Approach Negotiations as a Business

How To Ask For A Raise As A Contractor?
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As a contractor, it’s important to take into consideration that you operate much like a business. Your time is your product, and how much you charge is your overall profit. Additional expenses such as qualifications, equipment, health insurance, and so on eat into your profit. Therefore, your rate should cover these costs. Don’t forget that your unique experience and overall success are your USP. Therefore, when it comes to negotiations, you shouldn’t be afraid to bring up these factors to request a higher rate. 

Preparing for negotiations: Build a case and practice

Before you ask for a salary increase:

  1. Ensure that you’ve covered everything that you’ll bring up.
  2. Ensure that you’re organized, as you’ll need to make your request as professional as possible.
  3. Review the main talking points and how your research and data can support your case.
  4. Consider practicing beforehand so you’re prepared for all types of scenarios. 

Requesting a meeting

Once you’re ready and the time is right, it’s time to request a meeting. Depending on how comfortable you are, you can ask in person to request a meeting to discuss rates. However, an alternative may be to send an email. 

You can use the following script – however, you may wish to alter it as this template is more for an urgent situation where a rate increase is absolutely necessary to continue:

Asking for a raise as a contractor: Email Script

Subject: Request for Meeting to Discuss Rate Increase

Dear [Client’s Name],

I hope this email finds you in good health and high spirits. I am writing to request a meeting with you to discuss the possibility of a rate increase for the services I provide as a contractor.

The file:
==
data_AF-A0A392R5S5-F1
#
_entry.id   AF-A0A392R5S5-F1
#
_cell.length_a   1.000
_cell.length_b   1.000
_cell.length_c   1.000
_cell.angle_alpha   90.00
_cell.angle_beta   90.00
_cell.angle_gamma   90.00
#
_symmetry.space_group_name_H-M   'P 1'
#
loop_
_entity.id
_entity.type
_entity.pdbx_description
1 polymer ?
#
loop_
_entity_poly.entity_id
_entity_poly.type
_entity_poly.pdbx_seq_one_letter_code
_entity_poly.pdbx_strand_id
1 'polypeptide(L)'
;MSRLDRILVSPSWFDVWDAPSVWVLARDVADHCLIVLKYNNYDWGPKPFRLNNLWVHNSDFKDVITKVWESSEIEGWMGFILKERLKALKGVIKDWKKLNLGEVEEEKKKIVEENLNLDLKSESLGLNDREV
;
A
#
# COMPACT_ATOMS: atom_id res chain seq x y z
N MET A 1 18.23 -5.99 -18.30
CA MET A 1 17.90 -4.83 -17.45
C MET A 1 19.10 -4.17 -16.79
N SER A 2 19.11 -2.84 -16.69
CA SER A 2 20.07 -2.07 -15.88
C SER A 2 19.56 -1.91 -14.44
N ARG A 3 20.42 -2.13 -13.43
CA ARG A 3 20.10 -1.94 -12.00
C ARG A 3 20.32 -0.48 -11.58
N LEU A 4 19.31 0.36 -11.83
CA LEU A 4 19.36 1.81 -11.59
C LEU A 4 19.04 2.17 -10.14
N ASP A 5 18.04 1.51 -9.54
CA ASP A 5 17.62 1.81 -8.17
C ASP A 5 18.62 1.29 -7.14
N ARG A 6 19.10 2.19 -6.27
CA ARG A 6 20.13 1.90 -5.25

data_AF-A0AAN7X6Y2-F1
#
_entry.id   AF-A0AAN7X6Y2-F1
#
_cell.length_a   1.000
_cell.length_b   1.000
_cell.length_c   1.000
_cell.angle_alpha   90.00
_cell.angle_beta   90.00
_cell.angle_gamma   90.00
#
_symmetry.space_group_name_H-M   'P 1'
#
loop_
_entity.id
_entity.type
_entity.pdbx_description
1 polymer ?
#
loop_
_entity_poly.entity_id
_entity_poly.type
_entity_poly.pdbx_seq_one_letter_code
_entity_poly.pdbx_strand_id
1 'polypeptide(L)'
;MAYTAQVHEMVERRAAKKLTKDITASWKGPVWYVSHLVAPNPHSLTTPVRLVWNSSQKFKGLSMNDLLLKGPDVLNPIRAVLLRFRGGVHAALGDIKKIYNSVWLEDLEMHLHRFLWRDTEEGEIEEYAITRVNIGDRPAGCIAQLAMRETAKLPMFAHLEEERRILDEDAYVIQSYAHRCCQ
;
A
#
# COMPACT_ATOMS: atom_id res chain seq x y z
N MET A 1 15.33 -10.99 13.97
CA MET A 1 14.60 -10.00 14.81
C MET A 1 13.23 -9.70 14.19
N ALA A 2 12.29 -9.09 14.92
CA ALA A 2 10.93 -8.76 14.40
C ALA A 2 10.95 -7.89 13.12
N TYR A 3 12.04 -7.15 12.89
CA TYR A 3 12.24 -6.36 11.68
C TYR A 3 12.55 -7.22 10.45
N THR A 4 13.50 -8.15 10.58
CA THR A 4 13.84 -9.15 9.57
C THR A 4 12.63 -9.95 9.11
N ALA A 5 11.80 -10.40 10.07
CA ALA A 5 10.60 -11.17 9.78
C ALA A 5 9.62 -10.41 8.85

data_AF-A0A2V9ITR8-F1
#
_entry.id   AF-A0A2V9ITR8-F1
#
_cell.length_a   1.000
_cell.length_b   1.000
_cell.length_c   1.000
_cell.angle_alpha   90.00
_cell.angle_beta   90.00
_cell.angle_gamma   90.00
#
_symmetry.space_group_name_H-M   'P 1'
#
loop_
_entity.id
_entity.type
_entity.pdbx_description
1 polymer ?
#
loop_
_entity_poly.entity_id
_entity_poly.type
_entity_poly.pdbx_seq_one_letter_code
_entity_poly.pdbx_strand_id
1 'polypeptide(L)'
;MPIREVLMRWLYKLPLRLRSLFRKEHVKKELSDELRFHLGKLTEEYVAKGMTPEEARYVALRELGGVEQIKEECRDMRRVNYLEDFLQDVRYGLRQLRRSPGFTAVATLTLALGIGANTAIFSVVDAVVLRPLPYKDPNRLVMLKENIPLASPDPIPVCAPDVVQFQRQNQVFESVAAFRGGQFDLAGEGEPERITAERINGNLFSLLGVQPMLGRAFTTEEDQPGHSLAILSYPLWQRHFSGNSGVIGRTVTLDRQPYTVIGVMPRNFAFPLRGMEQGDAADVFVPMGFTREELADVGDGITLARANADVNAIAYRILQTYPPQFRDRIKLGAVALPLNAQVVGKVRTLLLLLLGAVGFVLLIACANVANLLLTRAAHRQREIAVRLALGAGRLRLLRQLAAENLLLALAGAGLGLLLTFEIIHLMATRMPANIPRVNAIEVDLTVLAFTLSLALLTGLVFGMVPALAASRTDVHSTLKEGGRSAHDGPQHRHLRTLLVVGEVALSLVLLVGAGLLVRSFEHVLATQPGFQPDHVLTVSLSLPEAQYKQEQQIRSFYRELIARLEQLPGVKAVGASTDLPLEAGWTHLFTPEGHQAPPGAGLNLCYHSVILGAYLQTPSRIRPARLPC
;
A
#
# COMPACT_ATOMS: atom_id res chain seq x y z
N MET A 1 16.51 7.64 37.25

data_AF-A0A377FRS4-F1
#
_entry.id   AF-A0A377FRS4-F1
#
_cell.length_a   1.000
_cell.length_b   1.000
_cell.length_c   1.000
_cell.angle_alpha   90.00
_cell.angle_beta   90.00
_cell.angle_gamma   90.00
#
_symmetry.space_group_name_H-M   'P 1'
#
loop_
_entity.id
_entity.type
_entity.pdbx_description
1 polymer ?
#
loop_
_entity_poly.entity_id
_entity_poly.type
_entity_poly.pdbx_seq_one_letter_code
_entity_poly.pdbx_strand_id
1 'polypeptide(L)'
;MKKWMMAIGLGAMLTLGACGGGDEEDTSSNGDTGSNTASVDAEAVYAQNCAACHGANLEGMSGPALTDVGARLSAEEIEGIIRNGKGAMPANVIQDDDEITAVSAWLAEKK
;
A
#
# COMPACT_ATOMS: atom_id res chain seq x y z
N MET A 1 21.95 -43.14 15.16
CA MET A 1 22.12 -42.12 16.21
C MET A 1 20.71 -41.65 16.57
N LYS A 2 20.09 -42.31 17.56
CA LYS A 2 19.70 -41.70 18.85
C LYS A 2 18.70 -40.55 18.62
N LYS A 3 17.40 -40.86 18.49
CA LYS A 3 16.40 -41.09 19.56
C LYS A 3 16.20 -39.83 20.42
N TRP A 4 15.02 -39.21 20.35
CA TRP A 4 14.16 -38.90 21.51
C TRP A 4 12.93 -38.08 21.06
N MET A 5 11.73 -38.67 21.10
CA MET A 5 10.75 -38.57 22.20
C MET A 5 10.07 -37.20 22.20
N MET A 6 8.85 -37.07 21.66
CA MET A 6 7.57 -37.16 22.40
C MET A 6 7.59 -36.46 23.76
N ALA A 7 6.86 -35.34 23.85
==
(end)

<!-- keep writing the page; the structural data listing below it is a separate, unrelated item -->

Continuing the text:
As you are aware, I have been working with your company for [duration of time] now and have always strived to provide quality work that meets or exceeds your expectations. However, with the rising costs of materials and labor, I find myself in a situation where I am no longer able to maintain my current rates without compromising on the quality of my work.

I believe that we have had a mutually beneficial relationship so far, and I am committed to continuing to provide the same level of service that you have come to expect from me. However, I am unable to do so unless I am able to charge a fair and reasonable rate for my services.

I would like to request a meeting with you to discuss this matter further. I am open to discussing different options and coming up with a solution that works for everyone.

I am available on [Date / Time]. If that doesn’t work for you, please provide a time and date that is suitable. 

Thank you for your time and consideration, and I look forward to hearing back from you soon.

Best regards,

[Your Name]

During the meeting: Professionalism is key.

Once the meeting date arrives, ensure that you’re well-rehearsed and prepared. Begin the conversation by making it clear why you’ve requested the meeting. Use your data and calculated figures here to support the request. 

Keep in mind that the meeting may not go the way you would like – a raise request may be denied. However, this is where negotiation skills need to come into play. You should be prepared with a plan of action for what happens if you can’t get a raise. That may go in one of two ways:

A reduced role

You may find that you can agree to reduce how much work is required while still receiving the same salary. This may open the door for other projects to boost income. Although this may not be what you’d like, it could potentially be a better income than receiving nothing at all.